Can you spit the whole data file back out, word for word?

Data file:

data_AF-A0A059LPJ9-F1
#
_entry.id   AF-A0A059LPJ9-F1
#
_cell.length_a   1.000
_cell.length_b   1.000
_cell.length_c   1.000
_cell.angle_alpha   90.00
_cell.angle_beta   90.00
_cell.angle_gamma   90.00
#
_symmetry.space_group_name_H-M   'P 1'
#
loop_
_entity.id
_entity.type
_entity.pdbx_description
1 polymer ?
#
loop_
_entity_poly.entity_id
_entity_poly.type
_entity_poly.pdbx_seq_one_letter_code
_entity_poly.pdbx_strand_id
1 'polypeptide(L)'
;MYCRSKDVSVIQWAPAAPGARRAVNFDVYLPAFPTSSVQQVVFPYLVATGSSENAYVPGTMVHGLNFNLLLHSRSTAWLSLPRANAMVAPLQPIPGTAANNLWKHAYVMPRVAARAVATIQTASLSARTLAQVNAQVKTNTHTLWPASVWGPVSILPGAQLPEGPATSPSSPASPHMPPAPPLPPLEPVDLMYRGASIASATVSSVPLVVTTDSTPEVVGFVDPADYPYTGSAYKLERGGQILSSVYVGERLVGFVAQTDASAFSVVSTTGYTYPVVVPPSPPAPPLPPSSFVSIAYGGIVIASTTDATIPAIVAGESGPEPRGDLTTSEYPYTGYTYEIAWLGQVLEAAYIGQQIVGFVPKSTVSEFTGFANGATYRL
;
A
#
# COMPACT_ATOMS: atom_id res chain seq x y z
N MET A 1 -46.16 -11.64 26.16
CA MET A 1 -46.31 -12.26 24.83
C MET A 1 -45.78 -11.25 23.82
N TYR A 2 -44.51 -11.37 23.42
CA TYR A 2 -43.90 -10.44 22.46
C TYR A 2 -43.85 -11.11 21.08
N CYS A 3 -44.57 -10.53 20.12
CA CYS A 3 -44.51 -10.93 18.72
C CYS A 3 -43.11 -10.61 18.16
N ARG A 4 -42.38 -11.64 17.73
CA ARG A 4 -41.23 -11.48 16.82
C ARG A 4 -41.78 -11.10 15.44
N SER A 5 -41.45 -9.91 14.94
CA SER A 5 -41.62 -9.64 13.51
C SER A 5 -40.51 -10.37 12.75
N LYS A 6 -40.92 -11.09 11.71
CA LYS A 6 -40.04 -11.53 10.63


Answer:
data_AF-A0A059LPJ9-F1
#
_entry.id   AF-A0A059LPJ9-F1
#
_cell.length_a   1.000
_cell.length_b   1.000
_cell.length_c   1.000
_cell.angle_alpha   90.00
_cell.angle_beta   90.00
_cell.angle_gamma   90.00
#
_symmetry.space_group_name_H-M   'P 1'
#
loop_
_entity.id
_entity.type
_entity.pdbx_description
1 polymer ?
#
loop_
_entity_poly.entity_id
_entity_poly.type
_entity_poly.pdbx_seq_one_letter_code
_entity_poly.pdbx_strand_id
1 'polypeptide(L)'
;MYCRSKDVSVIQWAPAAPGARRAVNFDVYLPAFPTSSVQQVVFPYLVATGSSENAYVPGTMVHGLNFNLLLHSRSTAWLSLPRANAMVAPLQPIPGTAANNLWKHAYVMPRVAARAVATIQTASLSARTLAQVNAQVKTNTHTLWPASVWGPVSILPGAQLPEGPATSPSSPASPHMPPAPPLPPLEPVDLMYRGASIASATVSSVPLVVTTDSTPEVVGFVDPADYPYTGSAYKLERGGQILSSVYVGERLVGFVAQTDASAFSVVSTTGYTYPVVVPPSPPAPPLPPSSFVSIAYGGIVIASTTDATIPAIVAGESGPEPRGDLTTSEYPYTGYTYEIAWLGQVLEAAYIGQQIVGFVPKSTVSEFTGFANGATYRL
;
A
#
# COMPACT_ATOMS: atom_id res chain seq x y z
N MET A 1 -46.16 -11.64 26.16
CA MET A 1 -46.31 -12.26 24.83
C MET A 1 -45.78 -11.25 23.82
N TYR A 2 -44.51 -11.37 23.42
CA TYR A 2 -43.90 -10.44 22.46
C TYR A 2 -43.85 -11.11 21.08
N CYS A 3 -44.57 -10.53 20.12
CA CYS A 3 -44.51 -10.93 18.72
C CYS A 3 -43.11 -10.61 18.16
N ARG A 4 -42.38 -11.64 17.73
CA ARG A 4 -41.23 -11.48 16.82
C ARG A 4 -41.78 -11.10 15.44
N SER A 5 -41.45 -9.91 14.94
CA SER A 5 -41.62 -9.64 13.51
C SER A 5 -40.51 -10.37 12.75
N LYS A 6 -40.92 -11.09 11.71
CA LYS A 6 -40.04 -11.53 10.63